Editing, Phone Photography, Photography

Phone Camera Settings

Don’t be lazy, learn to step out of auto mode

Read the manual and make sure you’re using your phone in the most efficient circumstances. The more control you take of the process the more you will be able to express your artistic judgement and the more likely you are to get outstanding pictures.Photography is all about light, so these different settings on a camera help us manipulate light to achieve the photo we want. Each setting represents a compromise, and finding a balance between all of these settings is often where you’ll land your favorite shots.

Shutter Speed

Shutter speed is primarily used to either freeze motion with a fast shutter speed, or blur motion with a slow shutter speed

Shutter speed is measured either in fractions of a second (1/8) or whole seconds (8) and simply refers to how long the lens is allowing light to pass through for a given exposure.One way to adjust the amount of light falling on the sensor is deciding how long the shutter is left open. If it’s open longer, more light will fall – less time, less light.

The math on shutter speed is pretty easy to handle. Cut the shutter speed in half, and you cut the light in half. Doble the length of time the shutter stays open, and you’ll double the brightness of the photo, all other settings being equal.


Iso Speed

ISO is just the sensor’s sensitivity to light.

Higher ISO numbers, more than 800, are very sensitivity to light and are great in lower light situations.

Low ISO numbers, such as 100, require more light but offer a higher quality, smoother looking photograph.

The higher the ISO, the grainier your image will be. Try shooting at the lowest ISO setting whenever you can, and increase the ISO speed if you can’t achieve a proper exposure otherwise.



Your phone has the ability to scan the scene you’re trying to shoot, and it makes a decision based on that scan to determine how bright or dark the photo should be. Most smartphones tend to overexpose (make the scene too bright) when left to their own devices. Exposure controls are where you can adjust the output before taking the photo.

If you focus on a really bright object for example, the rest of your photo might be too dark. You can adjust the exposure brighter to compensate for that. Likewise, if you focus on a dark object, the camera might try too hard to expose it brightly, which might blow out other brighter areas of the scene. Sliding your exposure lover can help fix that.


White Balance

Light can radically affect color. Sunlight changes throughout the day, different kinds of light bulbs will have warmer or cooler output. How different colored eye sees looking at that subject. With white balance, you can adjust for some of those differences in color.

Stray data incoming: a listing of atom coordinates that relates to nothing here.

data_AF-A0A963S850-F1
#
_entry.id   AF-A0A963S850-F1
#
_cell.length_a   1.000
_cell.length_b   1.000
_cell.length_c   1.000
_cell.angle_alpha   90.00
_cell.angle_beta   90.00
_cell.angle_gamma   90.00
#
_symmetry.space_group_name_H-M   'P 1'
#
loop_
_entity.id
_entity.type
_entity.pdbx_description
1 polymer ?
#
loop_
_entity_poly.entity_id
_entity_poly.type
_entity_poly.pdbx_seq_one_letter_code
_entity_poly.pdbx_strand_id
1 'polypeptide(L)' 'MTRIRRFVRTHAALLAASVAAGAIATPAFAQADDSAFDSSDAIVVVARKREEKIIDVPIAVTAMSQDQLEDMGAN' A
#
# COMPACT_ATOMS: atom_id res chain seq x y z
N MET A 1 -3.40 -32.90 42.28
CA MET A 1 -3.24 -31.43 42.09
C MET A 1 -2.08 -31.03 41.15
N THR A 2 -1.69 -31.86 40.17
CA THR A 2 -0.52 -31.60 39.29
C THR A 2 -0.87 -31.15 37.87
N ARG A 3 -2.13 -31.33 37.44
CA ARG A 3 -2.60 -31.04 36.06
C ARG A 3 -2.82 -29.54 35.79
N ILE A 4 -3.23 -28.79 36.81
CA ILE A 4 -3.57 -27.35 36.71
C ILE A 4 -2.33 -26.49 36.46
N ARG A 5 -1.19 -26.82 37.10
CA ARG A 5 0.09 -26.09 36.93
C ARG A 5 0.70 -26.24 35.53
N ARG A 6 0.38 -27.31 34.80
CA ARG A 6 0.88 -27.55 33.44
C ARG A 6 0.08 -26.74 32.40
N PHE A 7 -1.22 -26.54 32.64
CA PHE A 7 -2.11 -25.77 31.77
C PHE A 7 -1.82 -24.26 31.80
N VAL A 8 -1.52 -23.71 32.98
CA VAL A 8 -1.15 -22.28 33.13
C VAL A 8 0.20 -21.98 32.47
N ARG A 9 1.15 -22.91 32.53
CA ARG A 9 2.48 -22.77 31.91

Auto White Balance works pretty well under most situations. Start there and adjust as necessary.

There are several options to try that work equally well in the condition they were meant for: daylight, shade, cloudy, tungsten light, fluorescent light, and flash.



Sometimes you want to be in the picture. Maybe your phone is on a stand and you don’t want to shake it when you hit the shutter button. Setting a timer will delay the picture long enough for you to get in front of the lens, or to ease the vibration of you pushing the shutter.



The main difference is that with RAW images, you can change certain decisions like white balance in Photoshop after the fact , whereas you don’t that freedom with JPEG. You may also need special software to edit RAW photos.



Even under the best of conditions, with a comprehensive knowledge of our camera, we still might need to edit a photo to draw out the qualities we care about.

We can adjust the color of a photo, the brightness, or crop our photo. And we can do it from the phone we used to snap the picture.
The HDR setting takes a series of pics, changing the exposure brighter and darker with each individual image, and then the camera will merge them together to pull detail out of shadows and bright areas. It can be a helpful effect in high contrast situations where there are big differences between dark and bright sections of your frame.HDR stands for “High Dynamic Range”. Our eyes can adjust between dark and light situation fairly quickly, allowing us to easily shift between seeing details in bright areas of a scene and dark areas. This happen so quickly, we often take it for granted. Photos don’t work this way. If your subject is really bright, you might lose detail in shadow areas. If it’s really dark, you might lose detail in bright areas of the shot. HDR can help blend more information in highlights and shadows together which often produces more vivid colors.


Image Stabilization

We have a difficult time holding perfectly still. The longer you hold open the shutter on a camera, the more susceptible it is to blurring your output from hand movement.

Image Stabilization helps us address problems with movement, and aid us in delivering clearer photos and smoother video.


Manual Focus

This does exactly what the name sounds like. All cameras will shoot full auto focus. That means when you hit the shutter, camera will automatically focus on an object for you before taking the picture. It might not always pick the correct subject, but it will try to focus on something, usually the closest definable object in front of the lens.

You can also tap on the screen to try and force the camera to focus on a specific object. Modern smartphone autofocus is actually really good at locking on a specific object at your command.

Sometimes though, we need more control than tap to focus, and manual focus will give that to you. From as close as you can get to the lens, or reaching out for infinity, you tell the camera the specific distance you want. Anything at that distance from the lens will be in focus.


Ultra Wide Angle and Macro

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